by Mitch Kokai
Senior Political Analyst, John Locke Foundation
Red flag gun laws are suddenly popular in America. Colorado recently became the fifteenth state to pass such a law.
The law, the tenth such passed since the Stoneman Douglas High School shooting in Parkland, Florida, will allow authorities to seize the private property—firearms—of someone deemed a risk to himself or others after successfully petitioning a court. …
… Divining what is legal and what is not is no simple task in this era of constitutional penumbras, yet there is no question that red flag gun laws turn due process on its head. In fact, one might say that red flag laws walk dangerously close to an infamous idea in sci-fi literature: pre-crime.
Many readers have probably heard of pre-crime, a theme explored in the hit 2002 Minority Report. The movie, which starred Tom Cruise and was directed by Steven Spielberg, shows us a world in which murder doesn’t exist because authorities have figured out a way to prevent such crimes before they happen.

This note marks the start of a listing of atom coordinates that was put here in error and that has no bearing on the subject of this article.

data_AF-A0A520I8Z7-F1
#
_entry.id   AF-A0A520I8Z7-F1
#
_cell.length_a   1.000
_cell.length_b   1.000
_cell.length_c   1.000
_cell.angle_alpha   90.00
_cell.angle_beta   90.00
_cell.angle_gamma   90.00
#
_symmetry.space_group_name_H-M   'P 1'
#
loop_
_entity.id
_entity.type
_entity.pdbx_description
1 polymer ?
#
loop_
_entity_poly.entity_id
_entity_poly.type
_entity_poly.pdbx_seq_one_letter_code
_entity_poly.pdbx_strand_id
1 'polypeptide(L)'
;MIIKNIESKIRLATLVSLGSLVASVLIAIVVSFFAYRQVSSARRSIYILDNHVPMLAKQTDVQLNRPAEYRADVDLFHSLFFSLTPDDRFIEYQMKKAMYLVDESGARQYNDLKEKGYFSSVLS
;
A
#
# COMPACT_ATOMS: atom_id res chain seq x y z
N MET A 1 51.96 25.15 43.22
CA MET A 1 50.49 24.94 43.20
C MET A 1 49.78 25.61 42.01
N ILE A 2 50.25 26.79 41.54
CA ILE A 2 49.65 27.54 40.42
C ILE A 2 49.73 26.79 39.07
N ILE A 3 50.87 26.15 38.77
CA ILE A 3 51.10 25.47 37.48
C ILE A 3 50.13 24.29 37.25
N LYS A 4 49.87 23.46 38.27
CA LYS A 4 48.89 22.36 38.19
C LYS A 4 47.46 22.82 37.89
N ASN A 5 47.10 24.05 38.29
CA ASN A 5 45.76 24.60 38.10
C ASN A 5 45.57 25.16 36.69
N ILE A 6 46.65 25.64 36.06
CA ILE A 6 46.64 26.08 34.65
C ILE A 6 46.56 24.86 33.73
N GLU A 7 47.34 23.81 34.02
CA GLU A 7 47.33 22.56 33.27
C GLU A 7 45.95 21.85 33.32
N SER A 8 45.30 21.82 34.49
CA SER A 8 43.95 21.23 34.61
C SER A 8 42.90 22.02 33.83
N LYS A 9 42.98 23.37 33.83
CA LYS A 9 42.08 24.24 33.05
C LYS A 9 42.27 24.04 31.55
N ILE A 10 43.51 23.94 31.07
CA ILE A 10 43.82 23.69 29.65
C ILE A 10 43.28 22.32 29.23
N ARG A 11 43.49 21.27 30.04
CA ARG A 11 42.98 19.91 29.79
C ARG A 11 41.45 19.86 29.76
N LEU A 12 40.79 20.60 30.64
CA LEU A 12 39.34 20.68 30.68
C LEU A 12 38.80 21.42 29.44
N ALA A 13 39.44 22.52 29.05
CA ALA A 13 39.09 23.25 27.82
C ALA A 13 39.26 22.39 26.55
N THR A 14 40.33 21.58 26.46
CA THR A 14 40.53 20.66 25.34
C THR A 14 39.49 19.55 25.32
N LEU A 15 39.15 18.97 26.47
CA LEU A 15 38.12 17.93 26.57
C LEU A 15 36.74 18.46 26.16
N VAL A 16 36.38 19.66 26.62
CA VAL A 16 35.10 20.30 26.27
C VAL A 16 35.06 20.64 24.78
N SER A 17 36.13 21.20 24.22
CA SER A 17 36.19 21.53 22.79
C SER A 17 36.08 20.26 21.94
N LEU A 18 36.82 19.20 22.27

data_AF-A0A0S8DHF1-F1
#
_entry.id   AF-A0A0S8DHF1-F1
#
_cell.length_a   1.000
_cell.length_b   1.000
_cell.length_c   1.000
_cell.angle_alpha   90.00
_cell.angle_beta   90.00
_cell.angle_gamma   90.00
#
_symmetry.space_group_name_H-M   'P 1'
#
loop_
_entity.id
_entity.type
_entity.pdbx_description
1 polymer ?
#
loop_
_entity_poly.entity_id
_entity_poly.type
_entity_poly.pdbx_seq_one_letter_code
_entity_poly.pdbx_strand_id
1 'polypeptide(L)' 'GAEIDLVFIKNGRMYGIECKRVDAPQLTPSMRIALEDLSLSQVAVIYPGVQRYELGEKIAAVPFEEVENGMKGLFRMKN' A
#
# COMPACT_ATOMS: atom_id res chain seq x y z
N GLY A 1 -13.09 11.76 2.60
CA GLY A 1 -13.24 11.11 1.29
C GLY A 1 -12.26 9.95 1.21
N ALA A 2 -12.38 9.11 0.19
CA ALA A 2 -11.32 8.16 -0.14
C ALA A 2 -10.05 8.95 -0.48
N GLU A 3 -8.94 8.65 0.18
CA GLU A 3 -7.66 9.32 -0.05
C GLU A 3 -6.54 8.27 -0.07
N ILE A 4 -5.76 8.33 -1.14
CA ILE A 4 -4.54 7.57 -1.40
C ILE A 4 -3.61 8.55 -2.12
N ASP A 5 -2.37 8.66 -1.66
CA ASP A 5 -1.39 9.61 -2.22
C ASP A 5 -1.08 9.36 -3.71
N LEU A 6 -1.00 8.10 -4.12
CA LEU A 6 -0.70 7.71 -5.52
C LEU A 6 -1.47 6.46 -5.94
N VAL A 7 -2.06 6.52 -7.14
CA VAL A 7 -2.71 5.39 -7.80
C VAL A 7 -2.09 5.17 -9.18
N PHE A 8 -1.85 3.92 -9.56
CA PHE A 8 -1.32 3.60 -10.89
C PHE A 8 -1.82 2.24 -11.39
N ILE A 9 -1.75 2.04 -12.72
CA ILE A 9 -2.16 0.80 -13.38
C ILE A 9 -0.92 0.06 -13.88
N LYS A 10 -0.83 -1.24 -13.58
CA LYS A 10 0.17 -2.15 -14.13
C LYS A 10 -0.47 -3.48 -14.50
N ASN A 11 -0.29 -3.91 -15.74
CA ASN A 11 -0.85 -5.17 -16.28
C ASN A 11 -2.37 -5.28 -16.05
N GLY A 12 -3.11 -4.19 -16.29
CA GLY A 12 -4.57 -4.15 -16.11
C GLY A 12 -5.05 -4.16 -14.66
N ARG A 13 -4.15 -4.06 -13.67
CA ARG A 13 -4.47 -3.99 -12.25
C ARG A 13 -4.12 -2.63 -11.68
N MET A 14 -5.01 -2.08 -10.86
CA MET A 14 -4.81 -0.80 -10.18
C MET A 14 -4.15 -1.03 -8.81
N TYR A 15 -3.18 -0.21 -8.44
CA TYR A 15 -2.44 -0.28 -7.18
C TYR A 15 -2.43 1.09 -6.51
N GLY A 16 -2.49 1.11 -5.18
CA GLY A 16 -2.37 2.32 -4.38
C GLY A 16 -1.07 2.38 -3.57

The film is based on a 1956 novel written by Philip K. Dick, the same author whose literary works inspired such films as Blade Runner, The Man in the High Castle, and Total Recall. If there’s a central theme running through Dick’s work, it’s the idea that the future will increasingly find individual autonomy under threat from creeping authoritarianism and omnipresent technology.